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Costa Rica’s La Sele stays on World Cup track with 1-1 tie against Honduras

It’s not the ideal result, but Costa Rica’s 1-1 tie in Honduras keeps La Sele well on track to qualify for the 2018 World Cup in Russia.

In Costa Rica’s first qualifier against former coach Jorge Luís Pinto, the current Honduras headman was able to motivate his team after a recent beatdown in the United States and get Los Catrachos out to a 1-0 first-half lead.

Costa Rica had only itself to blame for again failing to take advantages of early chances. In a near mirror image of the team’s 2-0 loss in Mexico Friday, La Sele had multiple scoring opportunities in the opening minutes that never translated to points.

The middle of Costa Rica’s defense looked very different in Honduras after Friday’s loss at Azteca Stadium, where the five-man backline seemed consistently out of place versus Mexico.

After Francisco Calvo struggled mightily in the first game, deserving at least partial blame for both goals, he was benched in favor of Kendall Waston in Honduras. It’s easy to say the taller and stronger Waston should have always been starting over Calvo, but Tuesday’s match in Honduras further proved Waston has earned a full-time starting role with La Sele.

To his credit, Coach Óscar Ramírez corrected his earlier mistake of benching Waston, and the Vancouver Whitecaps defender was far and away the most important player on the field for La Sele.

Waston brought a necessary toughness that was lacking in the defense against Mexico. He then turned into a lifesaver in the 12th minute when Navas leaked out of the box to deflect an initial try from Honduras. On the deflection, Navas left the goal wide open for Honduras, but Waston got right by the post and made a last-second kick save on the line.

The gigantic centerback then made the play of the game for Costa Rica with a header in the 68th minute to tie the match.

Costa Rica Honduras
Orlando Sierra/AFP

“We wanted the win to have an even bigger boost going forward, but getting the tie and one point as a visitor is always a good thing,” Waston told reporters on the field following the game.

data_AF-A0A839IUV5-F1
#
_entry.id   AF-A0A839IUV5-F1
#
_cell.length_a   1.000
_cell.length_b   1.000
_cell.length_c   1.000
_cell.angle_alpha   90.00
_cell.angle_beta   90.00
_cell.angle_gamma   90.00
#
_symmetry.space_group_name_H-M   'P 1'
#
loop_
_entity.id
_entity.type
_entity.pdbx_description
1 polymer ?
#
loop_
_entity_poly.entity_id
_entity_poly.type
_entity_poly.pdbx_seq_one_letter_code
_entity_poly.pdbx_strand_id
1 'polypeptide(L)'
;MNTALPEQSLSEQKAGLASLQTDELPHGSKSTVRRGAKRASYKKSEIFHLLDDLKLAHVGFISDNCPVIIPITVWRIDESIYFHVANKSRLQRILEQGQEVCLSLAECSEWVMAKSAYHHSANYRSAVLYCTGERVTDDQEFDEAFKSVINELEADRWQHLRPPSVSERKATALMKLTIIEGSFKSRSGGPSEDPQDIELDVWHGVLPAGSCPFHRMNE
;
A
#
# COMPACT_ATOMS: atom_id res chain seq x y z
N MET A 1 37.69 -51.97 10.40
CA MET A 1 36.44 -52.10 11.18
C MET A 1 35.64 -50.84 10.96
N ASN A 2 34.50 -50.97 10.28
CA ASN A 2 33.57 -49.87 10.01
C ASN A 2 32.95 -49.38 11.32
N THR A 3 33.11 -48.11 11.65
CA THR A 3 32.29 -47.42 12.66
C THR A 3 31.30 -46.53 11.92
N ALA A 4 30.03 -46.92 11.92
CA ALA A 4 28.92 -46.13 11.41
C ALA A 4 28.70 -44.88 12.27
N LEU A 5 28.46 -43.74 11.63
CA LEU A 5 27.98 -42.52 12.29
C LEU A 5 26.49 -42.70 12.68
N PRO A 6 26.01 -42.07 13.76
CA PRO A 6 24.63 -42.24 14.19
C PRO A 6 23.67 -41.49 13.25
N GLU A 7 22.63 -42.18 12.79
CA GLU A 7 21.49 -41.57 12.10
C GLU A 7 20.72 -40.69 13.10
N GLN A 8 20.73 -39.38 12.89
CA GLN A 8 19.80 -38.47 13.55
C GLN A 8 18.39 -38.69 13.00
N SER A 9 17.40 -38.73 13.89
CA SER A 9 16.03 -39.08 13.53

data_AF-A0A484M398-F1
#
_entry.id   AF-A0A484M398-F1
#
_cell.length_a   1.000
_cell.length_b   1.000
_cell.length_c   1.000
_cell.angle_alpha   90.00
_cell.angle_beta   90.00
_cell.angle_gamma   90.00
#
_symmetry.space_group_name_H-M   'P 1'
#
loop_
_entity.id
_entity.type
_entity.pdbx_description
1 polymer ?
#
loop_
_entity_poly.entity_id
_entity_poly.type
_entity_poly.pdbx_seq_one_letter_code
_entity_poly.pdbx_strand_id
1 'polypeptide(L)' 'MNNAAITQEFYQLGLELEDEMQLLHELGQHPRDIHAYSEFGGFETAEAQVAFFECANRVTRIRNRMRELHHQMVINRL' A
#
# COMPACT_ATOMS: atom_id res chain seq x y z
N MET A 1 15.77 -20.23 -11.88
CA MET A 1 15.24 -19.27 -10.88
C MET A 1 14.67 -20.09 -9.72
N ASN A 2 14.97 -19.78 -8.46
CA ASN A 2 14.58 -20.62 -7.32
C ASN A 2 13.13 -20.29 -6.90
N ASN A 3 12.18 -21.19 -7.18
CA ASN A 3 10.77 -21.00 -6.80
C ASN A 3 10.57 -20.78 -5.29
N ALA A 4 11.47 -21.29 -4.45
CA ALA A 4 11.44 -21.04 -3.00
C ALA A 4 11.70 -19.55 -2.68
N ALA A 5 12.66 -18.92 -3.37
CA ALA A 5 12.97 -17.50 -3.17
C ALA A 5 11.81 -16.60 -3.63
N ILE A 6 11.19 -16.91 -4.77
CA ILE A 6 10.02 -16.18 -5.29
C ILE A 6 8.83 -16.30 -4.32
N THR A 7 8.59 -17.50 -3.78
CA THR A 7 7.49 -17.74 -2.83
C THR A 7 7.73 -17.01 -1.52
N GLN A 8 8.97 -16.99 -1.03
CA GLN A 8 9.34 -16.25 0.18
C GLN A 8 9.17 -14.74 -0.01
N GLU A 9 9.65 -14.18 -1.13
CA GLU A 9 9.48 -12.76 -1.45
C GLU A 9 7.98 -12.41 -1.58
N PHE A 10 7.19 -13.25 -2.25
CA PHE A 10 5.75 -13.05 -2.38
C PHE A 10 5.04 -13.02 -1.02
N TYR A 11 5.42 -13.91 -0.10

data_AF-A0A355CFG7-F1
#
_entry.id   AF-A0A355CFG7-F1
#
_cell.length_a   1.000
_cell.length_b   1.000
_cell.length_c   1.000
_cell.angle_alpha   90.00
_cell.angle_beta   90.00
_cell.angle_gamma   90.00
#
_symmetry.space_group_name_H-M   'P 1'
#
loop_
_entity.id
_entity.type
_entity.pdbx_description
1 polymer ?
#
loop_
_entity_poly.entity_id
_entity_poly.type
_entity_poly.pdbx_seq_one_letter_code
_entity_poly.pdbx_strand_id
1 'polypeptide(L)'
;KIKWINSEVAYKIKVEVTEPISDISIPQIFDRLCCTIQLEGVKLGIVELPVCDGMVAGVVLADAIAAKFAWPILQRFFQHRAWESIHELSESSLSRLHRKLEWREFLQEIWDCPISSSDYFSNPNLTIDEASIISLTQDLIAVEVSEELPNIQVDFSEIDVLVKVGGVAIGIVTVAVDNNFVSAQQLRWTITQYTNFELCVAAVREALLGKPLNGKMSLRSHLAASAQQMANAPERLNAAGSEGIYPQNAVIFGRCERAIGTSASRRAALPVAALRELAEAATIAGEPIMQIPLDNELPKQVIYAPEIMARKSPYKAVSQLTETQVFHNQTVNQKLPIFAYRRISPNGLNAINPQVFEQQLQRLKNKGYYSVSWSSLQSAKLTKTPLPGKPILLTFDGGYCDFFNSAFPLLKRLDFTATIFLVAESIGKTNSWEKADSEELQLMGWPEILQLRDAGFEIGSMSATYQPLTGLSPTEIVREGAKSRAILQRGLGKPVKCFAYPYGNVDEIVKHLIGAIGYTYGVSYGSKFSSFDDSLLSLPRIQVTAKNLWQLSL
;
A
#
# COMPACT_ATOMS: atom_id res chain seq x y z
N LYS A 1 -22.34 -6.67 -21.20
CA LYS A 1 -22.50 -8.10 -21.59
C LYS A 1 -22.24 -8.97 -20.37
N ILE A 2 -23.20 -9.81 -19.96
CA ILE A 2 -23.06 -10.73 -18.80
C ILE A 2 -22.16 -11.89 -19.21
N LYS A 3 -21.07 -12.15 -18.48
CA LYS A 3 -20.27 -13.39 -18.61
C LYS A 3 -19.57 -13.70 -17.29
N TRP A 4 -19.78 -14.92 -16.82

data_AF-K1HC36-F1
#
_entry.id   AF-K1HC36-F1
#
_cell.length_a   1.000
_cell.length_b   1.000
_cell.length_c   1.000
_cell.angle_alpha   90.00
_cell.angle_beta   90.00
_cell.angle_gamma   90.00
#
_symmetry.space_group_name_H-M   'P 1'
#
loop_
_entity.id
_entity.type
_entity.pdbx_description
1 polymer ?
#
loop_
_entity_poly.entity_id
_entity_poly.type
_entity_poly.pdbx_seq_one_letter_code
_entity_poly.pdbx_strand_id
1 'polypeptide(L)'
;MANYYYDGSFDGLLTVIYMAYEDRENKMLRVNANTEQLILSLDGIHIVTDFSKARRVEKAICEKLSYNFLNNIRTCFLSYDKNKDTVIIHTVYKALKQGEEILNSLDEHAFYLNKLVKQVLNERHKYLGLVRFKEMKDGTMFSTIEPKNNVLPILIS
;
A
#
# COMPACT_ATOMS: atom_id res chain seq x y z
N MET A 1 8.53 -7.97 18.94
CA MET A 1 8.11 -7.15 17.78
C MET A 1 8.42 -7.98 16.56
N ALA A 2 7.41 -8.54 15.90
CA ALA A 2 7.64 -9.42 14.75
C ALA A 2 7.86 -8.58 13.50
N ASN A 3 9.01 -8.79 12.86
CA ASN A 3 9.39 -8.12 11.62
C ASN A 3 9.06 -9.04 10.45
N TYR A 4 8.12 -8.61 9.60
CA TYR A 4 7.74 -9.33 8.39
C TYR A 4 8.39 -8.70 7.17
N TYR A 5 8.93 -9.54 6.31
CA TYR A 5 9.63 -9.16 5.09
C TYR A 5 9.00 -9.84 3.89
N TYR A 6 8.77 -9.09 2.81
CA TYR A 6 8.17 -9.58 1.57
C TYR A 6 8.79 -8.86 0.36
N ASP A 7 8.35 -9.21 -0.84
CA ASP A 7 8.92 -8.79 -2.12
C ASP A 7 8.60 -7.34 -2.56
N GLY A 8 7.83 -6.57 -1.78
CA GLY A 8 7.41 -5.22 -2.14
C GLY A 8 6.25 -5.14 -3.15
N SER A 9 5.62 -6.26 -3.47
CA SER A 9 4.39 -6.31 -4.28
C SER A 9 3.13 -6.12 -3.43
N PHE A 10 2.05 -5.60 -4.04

Locally, the referees for this game will be talked about until the next time La Sele takes the field in two months.

Honduras was wrongly awarded possession on an early play that should have led to a Tico corner kick. Minutes later, striker Marco Ureña served up a pretty ball to midfielder Celso Borges, who was taken down by the Honduras keeper in the box. Upon review, it’s clear that the play should have merited a penalty kick, since the goalie completely whiffed on the ball and took out both of Borges’ legs.

The egregious mistake is an unfortunate look for a federation that has a history of referee errors. But as they say here, el fútbol es así, football is like that. You’ve got to be able to capitalize on opportunities that are there and Costa Rica continues to underwhelm in that area, despite ultimately stealing a tie in San Pedro Sula.

It’s worth mentioning that this Honduras team had just been physically and emotionally demoralized in a 6-0 loss to the United States on Friday, and was in last place in the six-team group stage heading into Tuesday’s match. For far too long Tuesday Costa Rica let an inferior Honduras team that likely won’t qualify for the World Cup dictate the pace.

In the 34th minute, Honduras struck first when Anthony Lozano received a gorgeous free kick right in front of the net. Though goalie Keylor Navas was able to block the initial shot, it bounced right back to Lozano, who cashed in with the goal.

Much has been made recently of Navas’ continued struggles. While the Real Madrid keeper’s performance has taken a noticeable dip for club and country, Navas was in the crosshairs of media criticism after he seemingly let Mexico’s second goal slip in under his grasp last week.

Today, Navas came up big for Costa Rica late, in the 78th minute, when he threw himself on the ground to stop a streaking Honduran forward from getting the go-ahead goal.

With the tie, Costa Rica is now 2-1-1 and has seven points with six matches left in the Hexagonal. The good news is that three of La Sele’s four matches to date have been away from home, and Costa Rica will get back-to-back home games at the National Stadium when World Cup qualifying play returns in June.

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